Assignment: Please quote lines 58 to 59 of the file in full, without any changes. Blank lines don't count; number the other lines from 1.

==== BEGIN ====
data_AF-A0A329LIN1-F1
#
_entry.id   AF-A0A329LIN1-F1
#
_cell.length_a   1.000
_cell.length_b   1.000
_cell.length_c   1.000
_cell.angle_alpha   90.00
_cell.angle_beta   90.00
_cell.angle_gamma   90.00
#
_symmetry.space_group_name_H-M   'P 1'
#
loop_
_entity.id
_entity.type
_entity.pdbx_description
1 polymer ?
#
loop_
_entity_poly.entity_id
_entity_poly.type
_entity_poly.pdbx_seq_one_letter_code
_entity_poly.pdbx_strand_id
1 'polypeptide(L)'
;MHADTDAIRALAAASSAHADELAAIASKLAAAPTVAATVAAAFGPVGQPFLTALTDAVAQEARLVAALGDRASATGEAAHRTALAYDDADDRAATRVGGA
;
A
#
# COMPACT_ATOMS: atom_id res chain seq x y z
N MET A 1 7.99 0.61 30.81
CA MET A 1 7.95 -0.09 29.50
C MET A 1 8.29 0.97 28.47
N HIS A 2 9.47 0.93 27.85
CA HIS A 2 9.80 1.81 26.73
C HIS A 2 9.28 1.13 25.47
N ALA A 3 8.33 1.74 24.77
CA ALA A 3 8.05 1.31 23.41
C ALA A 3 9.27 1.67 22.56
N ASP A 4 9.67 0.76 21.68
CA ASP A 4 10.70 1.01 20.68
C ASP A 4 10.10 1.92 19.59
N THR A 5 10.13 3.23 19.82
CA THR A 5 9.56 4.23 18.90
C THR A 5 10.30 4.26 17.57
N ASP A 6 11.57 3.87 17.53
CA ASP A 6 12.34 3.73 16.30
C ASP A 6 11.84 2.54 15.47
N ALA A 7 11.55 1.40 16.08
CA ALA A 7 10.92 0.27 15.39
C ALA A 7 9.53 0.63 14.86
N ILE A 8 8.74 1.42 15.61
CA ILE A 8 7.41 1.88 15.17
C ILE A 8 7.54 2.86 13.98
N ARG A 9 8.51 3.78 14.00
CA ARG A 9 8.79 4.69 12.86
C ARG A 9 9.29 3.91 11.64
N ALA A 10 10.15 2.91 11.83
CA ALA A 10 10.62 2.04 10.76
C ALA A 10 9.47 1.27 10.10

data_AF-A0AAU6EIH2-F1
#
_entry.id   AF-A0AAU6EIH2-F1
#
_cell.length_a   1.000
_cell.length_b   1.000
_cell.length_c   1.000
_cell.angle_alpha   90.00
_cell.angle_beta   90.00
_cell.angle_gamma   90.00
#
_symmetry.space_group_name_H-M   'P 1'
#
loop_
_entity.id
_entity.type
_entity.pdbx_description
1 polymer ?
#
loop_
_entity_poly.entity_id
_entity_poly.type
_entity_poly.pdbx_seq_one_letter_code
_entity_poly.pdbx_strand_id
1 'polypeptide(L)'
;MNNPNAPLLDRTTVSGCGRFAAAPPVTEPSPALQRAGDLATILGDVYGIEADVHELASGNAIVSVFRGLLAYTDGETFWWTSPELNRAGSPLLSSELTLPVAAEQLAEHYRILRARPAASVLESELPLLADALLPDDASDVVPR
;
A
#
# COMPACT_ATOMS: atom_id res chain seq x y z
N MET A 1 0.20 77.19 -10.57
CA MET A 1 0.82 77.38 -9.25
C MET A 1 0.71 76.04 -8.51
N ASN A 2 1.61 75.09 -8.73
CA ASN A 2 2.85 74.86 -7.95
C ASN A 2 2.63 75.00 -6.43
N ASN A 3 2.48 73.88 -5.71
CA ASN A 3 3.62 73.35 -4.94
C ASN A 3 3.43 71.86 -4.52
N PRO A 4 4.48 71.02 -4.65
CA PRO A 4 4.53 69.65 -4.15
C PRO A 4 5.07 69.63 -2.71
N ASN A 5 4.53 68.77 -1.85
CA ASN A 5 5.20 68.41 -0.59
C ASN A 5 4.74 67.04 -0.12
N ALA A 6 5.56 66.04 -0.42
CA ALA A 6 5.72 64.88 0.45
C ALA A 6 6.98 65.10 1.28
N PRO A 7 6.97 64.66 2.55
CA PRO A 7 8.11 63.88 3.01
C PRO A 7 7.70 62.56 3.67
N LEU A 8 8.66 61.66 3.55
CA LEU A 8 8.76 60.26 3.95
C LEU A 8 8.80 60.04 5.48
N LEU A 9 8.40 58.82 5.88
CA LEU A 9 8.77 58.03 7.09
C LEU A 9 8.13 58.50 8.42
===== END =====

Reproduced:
N ALA A 10 10.15 2.91 11.83
CA ALA A 10 10.62 2.04 10.76